Becky Fuda: (603) 744-5470
Andy Timmins: (603) 271-3211
October 19, 2023
Concord, NH – Over 25,000 muzzleloader hunters are expected to take to New Hampshire’s woodlands during the upcoming muzzleloader deer season, which runs from October 28 to November 7. Muzzleloaders are single-barrel, single-shot firearms which require that the projectile be loaded through a muzzle each time before firing. Muzzleloaders harken back to pioneer days, but have become an increasingly popular sporting firearm in recent years.
“Deer hunting is very popular in New Hampshire,” said Becky Fuda, Deer Project Leader at the NH Fish and Game Department. “People enjoy the opportunity to spend time in the field with friends and family. They also appreciate the high-quality food value of venison, which is a naturally fed, free-range source of lean protein for thousands of New Hampshire families. Last year hunters harvested approximately 14,082 deer in our state. If you assume that each deer provides about 40 pounds of venison, and that each venison meal weighs approximately 1 pound that amounts to more than half a million meals of venison enjoyed each year.”
Fuda also noted that, “New Hampshire’s 11-day muzzleloader season is favored by hunters because of its early timing, milder weather, and the high level of buck activity that happens leading up to the peak of the deer breeding period in mid- to late November.”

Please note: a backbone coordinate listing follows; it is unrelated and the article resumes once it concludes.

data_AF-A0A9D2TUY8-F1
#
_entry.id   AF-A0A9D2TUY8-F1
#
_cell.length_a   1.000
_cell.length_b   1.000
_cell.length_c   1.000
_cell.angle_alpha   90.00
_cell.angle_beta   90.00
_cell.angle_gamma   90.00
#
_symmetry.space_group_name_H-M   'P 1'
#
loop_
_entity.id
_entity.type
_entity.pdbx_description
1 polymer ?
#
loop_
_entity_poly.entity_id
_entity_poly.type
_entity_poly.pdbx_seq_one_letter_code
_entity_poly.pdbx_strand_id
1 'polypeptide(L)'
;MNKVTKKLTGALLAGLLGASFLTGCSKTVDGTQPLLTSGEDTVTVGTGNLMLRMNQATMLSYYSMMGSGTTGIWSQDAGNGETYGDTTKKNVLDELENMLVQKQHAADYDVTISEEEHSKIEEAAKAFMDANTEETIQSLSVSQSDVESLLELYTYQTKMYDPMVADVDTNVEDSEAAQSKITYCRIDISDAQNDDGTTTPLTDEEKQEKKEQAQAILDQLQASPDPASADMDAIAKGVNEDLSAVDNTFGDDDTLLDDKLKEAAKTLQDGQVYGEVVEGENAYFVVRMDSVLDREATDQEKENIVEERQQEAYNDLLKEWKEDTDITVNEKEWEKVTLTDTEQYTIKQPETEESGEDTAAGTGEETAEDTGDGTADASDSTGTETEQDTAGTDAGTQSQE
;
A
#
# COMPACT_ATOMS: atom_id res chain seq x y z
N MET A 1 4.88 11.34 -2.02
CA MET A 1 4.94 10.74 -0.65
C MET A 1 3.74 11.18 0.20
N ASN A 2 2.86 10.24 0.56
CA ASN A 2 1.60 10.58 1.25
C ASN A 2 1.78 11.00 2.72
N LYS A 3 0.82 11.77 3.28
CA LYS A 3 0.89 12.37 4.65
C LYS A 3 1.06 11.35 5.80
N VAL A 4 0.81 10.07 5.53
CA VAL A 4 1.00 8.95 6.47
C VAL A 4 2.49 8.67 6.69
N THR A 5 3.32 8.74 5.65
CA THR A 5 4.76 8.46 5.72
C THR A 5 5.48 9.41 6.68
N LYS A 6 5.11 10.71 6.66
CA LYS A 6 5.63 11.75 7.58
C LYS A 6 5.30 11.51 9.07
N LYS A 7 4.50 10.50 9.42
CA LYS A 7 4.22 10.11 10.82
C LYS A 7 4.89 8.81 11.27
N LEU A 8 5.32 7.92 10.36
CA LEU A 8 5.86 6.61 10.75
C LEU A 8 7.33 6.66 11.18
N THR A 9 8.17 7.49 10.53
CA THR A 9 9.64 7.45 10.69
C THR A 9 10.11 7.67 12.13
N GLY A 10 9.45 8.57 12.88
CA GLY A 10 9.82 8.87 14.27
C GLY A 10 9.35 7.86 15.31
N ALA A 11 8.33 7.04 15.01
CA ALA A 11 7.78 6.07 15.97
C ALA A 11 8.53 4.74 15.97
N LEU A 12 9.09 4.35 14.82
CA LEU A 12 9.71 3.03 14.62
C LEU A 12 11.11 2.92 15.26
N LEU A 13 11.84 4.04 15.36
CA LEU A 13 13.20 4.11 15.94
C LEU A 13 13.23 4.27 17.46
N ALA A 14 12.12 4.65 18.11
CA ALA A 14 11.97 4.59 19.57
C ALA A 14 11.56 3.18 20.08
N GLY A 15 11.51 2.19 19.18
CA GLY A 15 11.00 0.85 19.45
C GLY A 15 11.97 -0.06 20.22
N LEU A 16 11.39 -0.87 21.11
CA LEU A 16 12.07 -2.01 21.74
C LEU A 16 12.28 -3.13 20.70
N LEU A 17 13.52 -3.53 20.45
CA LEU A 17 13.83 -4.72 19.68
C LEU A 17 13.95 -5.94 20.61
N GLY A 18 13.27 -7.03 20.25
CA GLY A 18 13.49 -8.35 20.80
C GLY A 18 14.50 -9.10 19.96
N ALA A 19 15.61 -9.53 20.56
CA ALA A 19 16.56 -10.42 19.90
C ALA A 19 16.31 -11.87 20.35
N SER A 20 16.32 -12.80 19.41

In New Hampshire, muzzleloader hunters are given 11 days prior to the opening day of the regular firearms season to hunt deer. Hunters must obtain a regular hunting license ($32 for residents; $113 for nonresidents) and a muzzleloader license ($16 for residents; $41 for nonresidents).
“Hunters are reminded to maintain safety as their first priority,” said Fuda. They are also urged to treat private landowners with respect, courtesy, and appreciation. “We are heavily dependent on the generosity of private landowners for hunting access in our state. We owe it to landowners and our peers to treat private land with great respect. Without private land access, many hunters would be severely restricted in their hunting options.”
Hunters should also remember to take proper care when handling wild game to minimize possible exposure to wildlife diseases. First and foremost, hunters should avoid shooting or handling any animal that appears sick. For more tips on safe handling of wild game please visit: www.wildlife.nh.gov/hunting-nh/after-harvest/safe-handling-wild-game.
To learn more about hunting in New Hampshire, visit www.huntnh.com.